Meet Our Award Winners: Matthew Bregman
Fundraising accomplishment of which you are most proud: We launched a Patrons Circle at El Museo three years ago. Though it is (so far) much less lucrative than many other things I’ve been involved with in my career, I’m proud that I was able to shepherd it from an abstract idea to an ongoing part of the fundraising mix at our museum. Now it is taken for granted as an essential part of what we do, which feels great.
How would your co-workers describe you: I’m not sure — but I’d love to know! I think they’d say that I’m funny and a little obsessed with my kids, and that I never stop asking for things.
Greatest lesson ever learned: This is a hard question, and it actually inspired a recent post in my blog. But more succinctly, and specifically in terms of fundraising, I think I learned an important fundraising lesson back in my first job, when I was organizing my first revenue-generating special event. We were featuring Ralph Nader (long before he became a pariah because of the Al Gore campaign). Nevertheless, we were struggling to sell tickets, and we were sure that the key to success would be aggressive and comprehensive follow-up with our membership base. But no one, and I mean no one, was buying tickets. And I began to believe that the whole concept of the event must be terrible, and that I was not cut out for fundraising, and our organization wasn’t cut out for prosperity. Then someone put a tiny ad in the back of The Village Voice, and the phones started ringing off the hook. We had simply been asking the wrong people.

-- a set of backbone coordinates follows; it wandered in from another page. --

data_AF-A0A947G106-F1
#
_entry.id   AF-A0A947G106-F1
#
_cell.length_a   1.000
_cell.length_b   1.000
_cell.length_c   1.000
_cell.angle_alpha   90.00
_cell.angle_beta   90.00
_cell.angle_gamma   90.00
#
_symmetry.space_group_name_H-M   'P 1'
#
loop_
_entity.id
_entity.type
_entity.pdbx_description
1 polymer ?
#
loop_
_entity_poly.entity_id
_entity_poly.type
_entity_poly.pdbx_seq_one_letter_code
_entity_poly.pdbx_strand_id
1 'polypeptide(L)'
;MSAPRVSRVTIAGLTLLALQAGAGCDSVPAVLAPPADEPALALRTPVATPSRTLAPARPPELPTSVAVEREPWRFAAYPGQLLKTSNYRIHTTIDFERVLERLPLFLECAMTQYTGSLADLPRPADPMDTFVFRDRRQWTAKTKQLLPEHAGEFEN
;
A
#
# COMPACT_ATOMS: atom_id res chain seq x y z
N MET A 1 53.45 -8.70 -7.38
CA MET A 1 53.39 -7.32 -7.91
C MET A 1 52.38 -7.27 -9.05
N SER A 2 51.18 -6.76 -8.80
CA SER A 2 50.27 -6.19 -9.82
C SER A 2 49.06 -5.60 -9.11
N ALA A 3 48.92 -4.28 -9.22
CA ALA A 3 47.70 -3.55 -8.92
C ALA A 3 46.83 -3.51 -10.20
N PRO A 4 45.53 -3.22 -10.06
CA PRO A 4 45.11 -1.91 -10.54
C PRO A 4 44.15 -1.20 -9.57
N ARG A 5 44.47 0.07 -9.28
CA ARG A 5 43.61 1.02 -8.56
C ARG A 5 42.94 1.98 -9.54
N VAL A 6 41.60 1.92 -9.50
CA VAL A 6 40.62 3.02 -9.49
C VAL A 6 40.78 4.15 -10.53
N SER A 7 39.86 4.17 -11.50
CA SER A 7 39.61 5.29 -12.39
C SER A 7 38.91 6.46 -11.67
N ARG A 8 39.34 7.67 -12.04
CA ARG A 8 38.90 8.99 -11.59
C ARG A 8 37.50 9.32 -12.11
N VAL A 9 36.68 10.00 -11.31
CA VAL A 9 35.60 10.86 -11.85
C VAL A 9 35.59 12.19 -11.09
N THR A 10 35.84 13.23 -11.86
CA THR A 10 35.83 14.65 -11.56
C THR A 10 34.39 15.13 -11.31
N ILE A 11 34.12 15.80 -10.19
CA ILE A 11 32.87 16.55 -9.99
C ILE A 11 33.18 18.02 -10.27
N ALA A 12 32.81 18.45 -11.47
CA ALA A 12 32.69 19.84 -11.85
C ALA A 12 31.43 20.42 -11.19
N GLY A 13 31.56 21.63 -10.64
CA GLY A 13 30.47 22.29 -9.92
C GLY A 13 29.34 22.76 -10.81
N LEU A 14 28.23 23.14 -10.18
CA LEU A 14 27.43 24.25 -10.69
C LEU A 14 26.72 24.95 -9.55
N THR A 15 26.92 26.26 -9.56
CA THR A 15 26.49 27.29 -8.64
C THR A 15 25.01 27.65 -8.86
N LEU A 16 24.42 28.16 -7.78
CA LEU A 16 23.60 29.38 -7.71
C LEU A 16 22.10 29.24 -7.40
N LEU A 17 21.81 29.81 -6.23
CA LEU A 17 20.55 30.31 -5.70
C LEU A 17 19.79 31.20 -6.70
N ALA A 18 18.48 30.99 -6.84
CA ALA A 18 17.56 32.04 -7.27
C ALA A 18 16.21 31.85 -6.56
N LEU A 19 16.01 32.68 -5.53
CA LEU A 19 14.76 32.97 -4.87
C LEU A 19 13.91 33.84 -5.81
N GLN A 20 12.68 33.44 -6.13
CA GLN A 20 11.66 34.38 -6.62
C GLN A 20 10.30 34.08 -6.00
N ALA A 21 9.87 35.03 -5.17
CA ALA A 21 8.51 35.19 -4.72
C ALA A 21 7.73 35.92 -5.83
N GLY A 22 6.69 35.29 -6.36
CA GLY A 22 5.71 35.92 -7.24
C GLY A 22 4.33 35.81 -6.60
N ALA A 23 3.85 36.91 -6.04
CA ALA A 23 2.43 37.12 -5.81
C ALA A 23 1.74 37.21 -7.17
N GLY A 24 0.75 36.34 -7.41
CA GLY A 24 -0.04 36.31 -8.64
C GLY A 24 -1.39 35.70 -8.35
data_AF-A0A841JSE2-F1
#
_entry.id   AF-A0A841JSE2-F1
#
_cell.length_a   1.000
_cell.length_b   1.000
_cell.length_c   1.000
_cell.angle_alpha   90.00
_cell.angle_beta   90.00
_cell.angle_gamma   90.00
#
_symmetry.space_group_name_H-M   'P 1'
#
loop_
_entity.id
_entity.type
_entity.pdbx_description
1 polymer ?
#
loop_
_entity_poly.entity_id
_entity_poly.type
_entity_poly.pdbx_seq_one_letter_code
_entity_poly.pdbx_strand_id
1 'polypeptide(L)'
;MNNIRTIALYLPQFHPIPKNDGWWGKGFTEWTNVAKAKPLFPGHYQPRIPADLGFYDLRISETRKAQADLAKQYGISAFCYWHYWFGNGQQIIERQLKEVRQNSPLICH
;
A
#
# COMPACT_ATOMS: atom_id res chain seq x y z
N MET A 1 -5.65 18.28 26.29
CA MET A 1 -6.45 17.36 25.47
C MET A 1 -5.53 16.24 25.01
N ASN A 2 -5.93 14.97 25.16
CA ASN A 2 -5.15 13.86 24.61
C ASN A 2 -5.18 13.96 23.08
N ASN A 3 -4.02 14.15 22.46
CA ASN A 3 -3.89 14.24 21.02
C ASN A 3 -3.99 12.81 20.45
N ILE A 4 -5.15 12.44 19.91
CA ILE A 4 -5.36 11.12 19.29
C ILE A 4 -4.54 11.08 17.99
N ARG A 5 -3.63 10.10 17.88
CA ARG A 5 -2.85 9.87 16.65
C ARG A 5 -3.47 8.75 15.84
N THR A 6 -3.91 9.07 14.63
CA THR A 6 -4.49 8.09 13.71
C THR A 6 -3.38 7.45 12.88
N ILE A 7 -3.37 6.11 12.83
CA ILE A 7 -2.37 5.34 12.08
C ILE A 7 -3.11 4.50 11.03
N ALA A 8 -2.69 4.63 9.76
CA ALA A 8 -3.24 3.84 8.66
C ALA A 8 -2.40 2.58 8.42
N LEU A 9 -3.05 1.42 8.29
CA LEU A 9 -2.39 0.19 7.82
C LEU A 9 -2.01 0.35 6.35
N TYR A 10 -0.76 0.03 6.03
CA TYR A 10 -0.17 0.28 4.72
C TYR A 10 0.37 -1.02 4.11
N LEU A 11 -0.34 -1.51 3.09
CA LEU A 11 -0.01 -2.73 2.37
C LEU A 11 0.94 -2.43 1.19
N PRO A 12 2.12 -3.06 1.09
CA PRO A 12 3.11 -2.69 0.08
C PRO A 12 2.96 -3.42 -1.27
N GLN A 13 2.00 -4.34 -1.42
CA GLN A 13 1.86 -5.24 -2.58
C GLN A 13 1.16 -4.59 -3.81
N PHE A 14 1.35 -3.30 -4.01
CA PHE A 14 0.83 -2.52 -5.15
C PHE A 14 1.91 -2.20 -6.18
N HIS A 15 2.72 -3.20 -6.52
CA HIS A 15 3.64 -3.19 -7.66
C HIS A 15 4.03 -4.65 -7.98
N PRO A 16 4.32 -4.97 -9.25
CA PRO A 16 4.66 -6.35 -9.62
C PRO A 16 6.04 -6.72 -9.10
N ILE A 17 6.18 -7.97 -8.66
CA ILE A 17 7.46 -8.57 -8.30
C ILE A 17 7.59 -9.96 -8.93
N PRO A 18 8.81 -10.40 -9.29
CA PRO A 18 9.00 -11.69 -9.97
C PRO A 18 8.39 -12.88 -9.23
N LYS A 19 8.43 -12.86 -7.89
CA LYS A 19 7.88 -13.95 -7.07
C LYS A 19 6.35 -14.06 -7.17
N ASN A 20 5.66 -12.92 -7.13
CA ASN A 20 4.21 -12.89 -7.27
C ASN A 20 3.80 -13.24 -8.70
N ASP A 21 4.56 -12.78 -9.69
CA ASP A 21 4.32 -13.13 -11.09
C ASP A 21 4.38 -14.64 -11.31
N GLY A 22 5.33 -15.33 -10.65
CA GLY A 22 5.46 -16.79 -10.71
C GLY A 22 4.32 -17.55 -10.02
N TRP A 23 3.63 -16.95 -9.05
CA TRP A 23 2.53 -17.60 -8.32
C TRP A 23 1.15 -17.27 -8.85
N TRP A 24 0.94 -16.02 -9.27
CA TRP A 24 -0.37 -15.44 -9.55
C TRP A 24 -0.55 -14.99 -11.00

But more important than simply a lesson in lists, that experience taught me not to draw cosmic conclusions (i.e., this event is destined to fail) from specific evidence (i.e., our membership isn’t responding). There was an enormously successful event just waiting to happen, and if we’d insisted on focusing exclusively on our nonresponsive list, we would have missed it.